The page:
Library Events & Exhibitions
DCU Library Creative Writing Competition 2020 - cancelled due to Covid-19
DCU Library holds an annual Creative Writing Competition to participants of adult reading and writing schemes in North Dublin. It aims to reward those who have returned to education to improve their reading and writing skills. Each year we receive over 100 entries from more than 12 literacy groups in North Dublin.
This competition started in 1999 and an Awards Night is held in the library announcing the winner and ten commendations. Library staff volunteer to participate in the judging and organisation of the competition. The library invites a Guest writer for the Awards Night who gives advice and reads some of their work.
This year the Awards Night was held on Wednesday 22nd May 2019 in Cregan library.
DCU Library welcomed 70 guests to the event which included family and friends of the winning entries. It is a great opportunity for library staff to meet with the members of the local writing groups. Orla Nic Aodha, Associate Director, Public Services & Outreach, opened the event and introduced the judging panel.
Each member of the judging panel presented the ten commendations (below) with a certificate and book token. The winning entries were read to the audience by the writers. Our guest judge, Mia Gallagher, award winning Irish author, presented the winning entry. This year’s winner was Victoria Uí Bhraoin from Ballymun writing group (CDETB) with her poem “The Bees Know” (below).
Winner - The Bees Know by Victoria Uí Bhraoin from Ballymun writing group (CDETB)
Guest Writer - Mia Gallagher
- Myra Gleeson “Michael Smurfit and the typing pool gamblers” - CDETB Cabra
- Richard Murray “Anne’s Story” - Ballymun Adult Education
- Marian Clampett “The Response” - Abigail Women’s Centre Finglas
- Tess Scanlon “A prisoner’s diary” - KLEAR Kilbarrack
- Linda Tiernan “Whispers in the silence” - CDETB Finglas
- Norah O’Reilly “For Liam” - CDETB Ballymun
- Joan Kelly “Women’s International Day - a tribute to Emmeline Pankhurst” - CDETB Cabra
- Rachel Moyne “Mental Prison” - Abigail Women’s Centre Finglas
- Eileen O’Donnell “Wonderful World” - CDETB Cabra
- Angus M. McDonnell “The Messenger” - CDETB Finglas
DCU Cregan Library partakes in Culture Night which is an countrywide event. Venues and public spaces across Ireland open their doors to host a programme of free late night entertainmen as part of an all island celebration of arts, heritage and culture.
DCU St Patrick’s Campus opened its doors to the public for Culture Night on Friday 20th September 2019. Locals explored the remarkable and historic campus in the heart of Drumcondra.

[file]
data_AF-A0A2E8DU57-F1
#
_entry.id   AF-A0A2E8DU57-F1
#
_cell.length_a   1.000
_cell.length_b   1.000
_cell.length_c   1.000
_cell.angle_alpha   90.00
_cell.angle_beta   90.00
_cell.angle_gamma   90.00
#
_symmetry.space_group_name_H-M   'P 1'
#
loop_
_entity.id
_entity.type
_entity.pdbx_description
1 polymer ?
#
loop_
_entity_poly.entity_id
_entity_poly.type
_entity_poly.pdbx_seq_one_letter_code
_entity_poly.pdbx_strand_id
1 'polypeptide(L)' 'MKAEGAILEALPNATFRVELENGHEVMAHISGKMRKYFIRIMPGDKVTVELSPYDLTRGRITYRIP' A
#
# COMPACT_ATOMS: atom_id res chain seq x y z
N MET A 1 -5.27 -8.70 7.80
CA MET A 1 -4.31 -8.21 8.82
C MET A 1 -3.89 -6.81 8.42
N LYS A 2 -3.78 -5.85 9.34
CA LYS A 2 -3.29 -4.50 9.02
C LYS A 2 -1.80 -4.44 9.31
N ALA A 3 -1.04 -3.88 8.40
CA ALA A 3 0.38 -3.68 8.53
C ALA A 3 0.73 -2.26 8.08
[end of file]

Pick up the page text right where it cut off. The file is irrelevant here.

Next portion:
- Tours of the modern library building, with magnificent panoramic views over Dublin.
- Exhibitions of rare books
- Live music
- Open Mic Poetry and storytelling
- Activities for children
Supported by DCU Library, Faculty of Humanities and Social Sciences and Oifig na Gaeilge
Previous Events & Exhibitions
A new national day to celebrate reading
On Thursday 25 February 2021 we’re inviting people of all ages to get reading.
Why? Because taking some time for yourself to relax and do the things you enjoy (like reading) is important to help look after your mental wellbeing.
Get involved, more information on the Ireland reads website.
DCU Library are promoting this Reading Day by asking staff and students to read something they've written of their favourite books or poems online during the day, watch out for this on our social media accounts.
Videos of participants below..
Pat Dennan, DCU Library assistant, reading 'Strange War,' a poem he wrote about the COVid Pandemic.
Bizzy Coy, MA in Creative Writing student, with her poem
'How to Move Heavy Furniture By Yourself'
DCU Library Creative Writing Competition 2019 winner, Victoria Uí Bhraoin, reading her poem 'The Bees Know'
(read at the Creative Writing Awards night in May 2019)
Scríbhneoir Cónaithe Gaeilge i DCU, Richie Conroy, ag léamh slíocht as An Béal Bocht
Dr. Kit Fryatt, lecurer in School of English, reading 'To The Harbormaster' by Frank O' Hara.
It's all about books - a visual arts exhibition by Marie Hanlon
25th February - 15th March 2019
Cregan Library, DCU St. Patrick's Campus
Set in the wonderful contemporary glass architecture of the DCU Cregan Library, Marie Hanlon's visual art installation is designed to set us thinking about our engagement with books. A catalogue accompanies the exhibition with essays by Colm Tóibín, Joanne Laws, Catherine Marshall and Patricia Flynn.
Official Launch on Friday 22nd February 2019 at 6pm
Three Thursday Talks, 6pm - 7pm, are scheduled to accompany and illuminate the exhibition, featuring a range of fascinating observations and viewpoints. The talks are FREE to attend.
Marie Hanlon - It's All About Books
Marie discusses the process of exhibition making, asking 'how do ideas become artworks?' In presenting the book as 'object' her installation It's All About Books draws points of connection between the literary and visual arts.
Marie Hanlon is a Dublin based artist. Her work seeks to transform moments of everyday experience into occasions of deeper consideration. Having worked previously in traditional media, her collaborations with Irish composers broadened her range to include video and installation. It's All About Books at Cregan Library is an exhibition of 'objects' dealing with how we think about books and the written word. Marie Hanlon has exhibited widely in Ireland and abroad, she is a member of Aosdána and is represented by Rubicon Projects.
Sharon Murphy - The climate is unusually destructive to Books: India, Libraries, and the Early-Nineteenth Century British Soldier
The East India Company began to establish libraries for soldiers in India from the early 1820s and, from the first, those responsible for the day-to-day operation of the institutions began to express anxiety in relation to the preservation of the books that were within their care. In part, this was a result of environmental factors in India; it was also, though, linked to the peculiar nature of life in the soldiers’ barracks, and a growing realization that the ‘where’ and ‘how’ of soldiers’ reading could (or should) not always be controlled. This paper, then, will explore what the evidence reveals about the book as a material object in early nineteenth-century soldiers’ libraries in India and, in particular, how recognition of the physical nature of the book affected the reading of the men.
Dr. Sharon Murphy is an Assistant Professor in the School of English, Dublin City University. She is the author of The British Soldier and his Libraries, c. 1822-1901 (Palgrave Macmillan, 2016), and of Maria Edgeworth and Romance (Four Courts, 2004). She has also published in essay collections and journals. Dr. Murphy is a graduate of University College Dublin, and of the University of Dublin, Trinity College.The climate is unusually destructive to Books: India, Libraries & Early-Nineteenth Century British Soldier.